Air pollution in Iran’s Khuzestan Province reaches “extremely dangerous” levels

By Ahmad Majidyar | Fellow and Director of IranObserved Project - The Middle East Institute | Feb 16, 2018
Air pollution in Iran’s Khuzestan Province reaches “extremely dangerous” levels

Air pollution in the southwestern Iranian province of Khuzestan has reached “extremely dangerous” levels, . All flights at the international airport in Ahvaz, Khuzestan’s capital, have been suspended, and schools in several cities such as in Ahvaz, Abadan, Khoramshahr, and Mahshr have temporarily shut down. A video clip published on the BBC Persian website shows that dense dust pollution has forced scores of residents to leave the area. The pollution problem and dust storms in the region are said to be getting even worse during the summer. The air is not safe to breath. The pollution problem in Ahvaz is deteriorating at a time that Iranian government official warn about water scarcity and other environmental problems across the country.

Comment: Iran’s oil-rich Khuzestan Province witnessed angry protest rallies last year as residents were calling on the government to address the region’s worsening environmental degradation and air pollution. People were also angry because their power and water supplies had been cut off for several days. Protesters in the provincial capital city of Ahvaz also blasted local authorities and the government of President Hassan Rouhani for neglecting the region. Photographs from the rallies showed protestors carried that warned “Khuzestan is tired and will not remain silent anymore.”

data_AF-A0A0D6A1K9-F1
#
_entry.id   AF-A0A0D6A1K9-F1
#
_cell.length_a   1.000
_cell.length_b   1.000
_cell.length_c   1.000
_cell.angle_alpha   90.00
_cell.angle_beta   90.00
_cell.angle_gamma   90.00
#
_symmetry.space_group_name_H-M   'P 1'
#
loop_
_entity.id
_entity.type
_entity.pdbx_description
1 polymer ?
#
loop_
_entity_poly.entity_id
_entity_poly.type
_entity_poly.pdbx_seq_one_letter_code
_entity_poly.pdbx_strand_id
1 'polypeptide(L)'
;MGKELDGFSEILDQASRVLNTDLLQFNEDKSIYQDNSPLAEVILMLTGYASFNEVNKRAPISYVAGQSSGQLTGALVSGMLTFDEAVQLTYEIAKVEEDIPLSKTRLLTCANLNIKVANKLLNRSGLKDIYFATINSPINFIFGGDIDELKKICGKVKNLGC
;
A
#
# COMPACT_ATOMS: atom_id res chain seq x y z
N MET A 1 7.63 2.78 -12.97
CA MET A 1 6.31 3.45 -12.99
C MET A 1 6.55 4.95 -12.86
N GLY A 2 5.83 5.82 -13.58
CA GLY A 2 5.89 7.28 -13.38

Although Khuzestan accounts for a vast majority of Iran’s oil production and government revenues, its residents, particularly the Arab Sunni community, have been subjected to economic, social and political marginalization for decades.

In last year’s protests, the Khuzestan residents were not only criticizing the government for mismanagement, deliberate negligence and corruption, but they were also lambasting Tehran’s involvement in foreign wars at the expense of domestic priorities. “When saving [Syrian President Bashar] Assad is more important than protecting Khuzestan, seeing such a dreadful situation is not unexpected,” Mostafa Tajzade, a leading Iranian reformist figure and political activist. His message was re-tweeted several hundred times and generated a heated discussion among Iranians living inside and outside the country.

Government authorities predictably responded to protesters’ demands with a campaign of intimidation and arrests. President Rouhani also pledged to address the protesters’ problems. But the worsening environmental problems in the province show that the government has not matched its promises with action.

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